Finally we have the Moving Targets Event, or the Mover. The shooters take on this event solo. A hush falls, the mover hums to life, and a target races across the berm. All the while, the shooter waits for movement, draws, and fires a number of shot before the target reaches the opposite side from which it started. Draw, lead, and squeeze. Now, back out a few yards. Fewer shots, same amount of time, about 6 seconds. Go further back now. Again. Now, you’re at 25 yards. You have to hit this target three times with each pass. It passes you 4 times at this distance. At 25 yards, that black circle you’re aiming for, is little more than a dot, even with your red dot, stick shift, years of training, practice yesterday, and anxiety under control, trying to compensate for each shot within a few seconds separates competitors from champions.
Even with a perfect score, you’re not guaranteed a win. The top competitors are trying to get as many X’s as possible. An X is a shot within the inner-most circle. Hit there, and you’re set. Get more shots within the “big” black dot, and the cup has a better chance of going home in your luggage.
Check out the gallery below, and see these true competitors hard at work in their sport.
It was unlike anything we’d ever witnessed. The blend of speed, skill, accuracy, and precision culminated in a dramatic and inspiring performance from every competitor, whether they were a novice, or a world class professional. Each shooter stood tall, took aim, and gave it their absolute best on the firing line.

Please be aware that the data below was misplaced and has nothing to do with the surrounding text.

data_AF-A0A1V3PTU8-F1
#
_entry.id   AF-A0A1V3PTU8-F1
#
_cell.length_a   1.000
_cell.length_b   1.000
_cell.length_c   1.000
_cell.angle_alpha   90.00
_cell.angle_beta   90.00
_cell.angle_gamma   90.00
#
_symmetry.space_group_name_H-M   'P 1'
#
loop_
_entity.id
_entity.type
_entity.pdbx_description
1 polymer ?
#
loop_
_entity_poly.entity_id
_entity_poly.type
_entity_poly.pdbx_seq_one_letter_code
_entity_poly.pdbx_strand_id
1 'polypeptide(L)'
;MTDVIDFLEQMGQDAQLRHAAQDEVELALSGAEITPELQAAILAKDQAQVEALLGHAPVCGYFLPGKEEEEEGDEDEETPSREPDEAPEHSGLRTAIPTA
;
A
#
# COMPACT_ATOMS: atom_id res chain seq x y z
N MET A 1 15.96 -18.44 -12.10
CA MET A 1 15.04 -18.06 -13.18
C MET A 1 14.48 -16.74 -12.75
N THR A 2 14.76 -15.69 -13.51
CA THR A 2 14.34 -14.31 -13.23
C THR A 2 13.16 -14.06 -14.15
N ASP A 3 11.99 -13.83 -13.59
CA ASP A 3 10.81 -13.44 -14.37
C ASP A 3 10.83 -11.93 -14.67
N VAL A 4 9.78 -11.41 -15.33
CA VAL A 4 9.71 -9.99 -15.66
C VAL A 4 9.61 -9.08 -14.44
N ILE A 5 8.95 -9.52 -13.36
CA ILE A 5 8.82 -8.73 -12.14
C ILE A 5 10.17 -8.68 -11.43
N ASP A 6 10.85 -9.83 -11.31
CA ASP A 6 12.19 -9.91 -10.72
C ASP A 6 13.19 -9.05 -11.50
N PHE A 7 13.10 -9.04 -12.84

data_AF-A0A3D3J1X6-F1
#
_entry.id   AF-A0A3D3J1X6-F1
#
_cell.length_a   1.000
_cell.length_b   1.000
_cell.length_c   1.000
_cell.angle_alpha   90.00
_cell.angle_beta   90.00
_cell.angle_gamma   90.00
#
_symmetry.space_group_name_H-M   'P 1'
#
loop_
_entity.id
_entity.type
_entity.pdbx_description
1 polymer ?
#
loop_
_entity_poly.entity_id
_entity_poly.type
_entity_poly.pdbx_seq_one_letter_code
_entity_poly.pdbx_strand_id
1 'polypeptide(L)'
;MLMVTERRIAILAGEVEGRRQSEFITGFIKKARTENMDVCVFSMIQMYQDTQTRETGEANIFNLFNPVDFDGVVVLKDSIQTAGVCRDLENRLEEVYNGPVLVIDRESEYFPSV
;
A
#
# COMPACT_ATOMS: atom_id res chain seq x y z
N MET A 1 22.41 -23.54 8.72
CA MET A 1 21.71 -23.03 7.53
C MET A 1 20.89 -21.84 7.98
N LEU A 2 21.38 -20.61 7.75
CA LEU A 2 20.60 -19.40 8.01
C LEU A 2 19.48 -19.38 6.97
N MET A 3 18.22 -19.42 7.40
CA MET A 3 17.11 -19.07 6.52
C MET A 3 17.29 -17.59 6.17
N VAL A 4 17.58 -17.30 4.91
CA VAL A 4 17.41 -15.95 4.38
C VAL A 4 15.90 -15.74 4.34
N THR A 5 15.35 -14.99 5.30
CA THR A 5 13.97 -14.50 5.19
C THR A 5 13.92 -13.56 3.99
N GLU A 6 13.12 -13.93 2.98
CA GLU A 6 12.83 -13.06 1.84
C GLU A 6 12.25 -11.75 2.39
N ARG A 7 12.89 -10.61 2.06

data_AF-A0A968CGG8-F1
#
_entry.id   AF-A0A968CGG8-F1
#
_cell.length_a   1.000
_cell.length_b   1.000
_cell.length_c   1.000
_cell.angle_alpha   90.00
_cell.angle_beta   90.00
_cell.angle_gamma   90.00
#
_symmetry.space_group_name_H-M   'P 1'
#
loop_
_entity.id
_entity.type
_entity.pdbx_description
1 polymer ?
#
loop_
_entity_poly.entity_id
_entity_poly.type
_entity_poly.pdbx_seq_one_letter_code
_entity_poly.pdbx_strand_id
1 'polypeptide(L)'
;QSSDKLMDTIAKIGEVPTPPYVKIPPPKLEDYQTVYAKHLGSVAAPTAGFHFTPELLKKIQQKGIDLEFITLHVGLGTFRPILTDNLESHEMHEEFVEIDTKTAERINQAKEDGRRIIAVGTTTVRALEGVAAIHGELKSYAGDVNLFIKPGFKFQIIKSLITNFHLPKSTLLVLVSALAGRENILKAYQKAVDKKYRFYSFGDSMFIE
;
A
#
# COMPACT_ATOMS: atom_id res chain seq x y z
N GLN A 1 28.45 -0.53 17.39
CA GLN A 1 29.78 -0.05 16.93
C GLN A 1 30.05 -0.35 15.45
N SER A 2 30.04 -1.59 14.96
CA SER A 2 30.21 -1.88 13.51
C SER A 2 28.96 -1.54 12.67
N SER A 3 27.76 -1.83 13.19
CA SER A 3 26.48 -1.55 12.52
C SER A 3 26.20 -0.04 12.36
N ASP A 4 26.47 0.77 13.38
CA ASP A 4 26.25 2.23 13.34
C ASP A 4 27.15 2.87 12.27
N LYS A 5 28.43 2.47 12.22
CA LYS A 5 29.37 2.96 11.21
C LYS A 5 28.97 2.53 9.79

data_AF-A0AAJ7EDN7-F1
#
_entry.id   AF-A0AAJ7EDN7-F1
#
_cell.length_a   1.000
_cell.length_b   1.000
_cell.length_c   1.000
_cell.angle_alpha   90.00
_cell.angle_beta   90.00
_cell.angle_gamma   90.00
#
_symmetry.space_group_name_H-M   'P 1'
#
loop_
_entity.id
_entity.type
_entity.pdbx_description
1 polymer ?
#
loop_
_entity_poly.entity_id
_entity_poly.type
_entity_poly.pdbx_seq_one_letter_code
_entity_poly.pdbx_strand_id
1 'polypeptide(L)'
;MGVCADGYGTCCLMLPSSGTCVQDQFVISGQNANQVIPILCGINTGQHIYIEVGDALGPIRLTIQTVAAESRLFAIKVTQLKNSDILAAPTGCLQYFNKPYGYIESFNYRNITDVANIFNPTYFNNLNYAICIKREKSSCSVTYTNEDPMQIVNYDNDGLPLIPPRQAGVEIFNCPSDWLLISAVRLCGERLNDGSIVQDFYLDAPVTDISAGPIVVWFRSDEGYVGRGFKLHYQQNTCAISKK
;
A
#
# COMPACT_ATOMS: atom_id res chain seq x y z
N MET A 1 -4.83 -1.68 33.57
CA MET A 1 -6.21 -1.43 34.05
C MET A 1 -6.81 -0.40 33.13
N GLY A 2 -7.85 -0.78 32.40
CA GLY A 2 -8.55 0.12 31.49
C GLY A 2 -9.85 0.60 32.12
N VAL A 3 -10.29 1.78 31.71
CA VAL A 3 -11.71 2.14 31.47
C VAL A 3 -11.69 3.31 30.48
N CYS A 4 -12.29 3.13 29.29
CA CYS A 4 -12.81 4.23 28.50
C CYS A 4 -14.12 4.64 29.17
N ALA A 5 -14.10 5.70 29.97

From Range Master George Mowbray, “The 2016 Crawfish Cup turned into a shootout amongst the elite competitors of the sport! The Open Gun Super Squad was comprised of last year’s winner, Bruce Piatt, 2014 winner Kevin Angstadt, 2013 winner Doug Koenig and challengers Mark Itzstein, Kim Beckwith, Troy Mattheyer, Jeremy Newell and first time Crawfish Cup competitor Tony Holmes.”
George detailed how the drama unfolded throughout the day in his match narrative. He said, “Kevin Angstadt jumped out to an early lead in the TK Custom sponsored Practical Event, posting an impressive 480 points with 45 tie-breaking X-ring shots. Bruce Piatt also had a 480 on the Practical Event, but with 39 X’s. Troy Mattheyer was in third place with a clean score and 37 X’s. Mark Itzstein and Tony Holmes followed with 36 and 32 X-ring hits respectively. 2013 champion Doug Koenig had a high X-count of 44 on the Practical, but let one shot slip out of the ten-point ring, ending the event with 478 points. Still an impressive start to the match, nonetheless.”
“Next up for the top squad was the Briley Custom Barricade event. Typically, it is a high X-count event for the top Open Gun competitors, and today didn’t disappoint. Caspian’s Bruce Piatt and Mark Itzstein, sponsored by Secure Firearm Products, posted perfect scores of 480 points with a perfect 48 X’s on the event. This was a personal best for Itzstein and his first 48-X Barricade Event in competition and propelled him past Troy Mattheyer and into third place behind Midsouth Shooters Angstadt, who still led with 91 X’s and Piatt with 87 X’s.”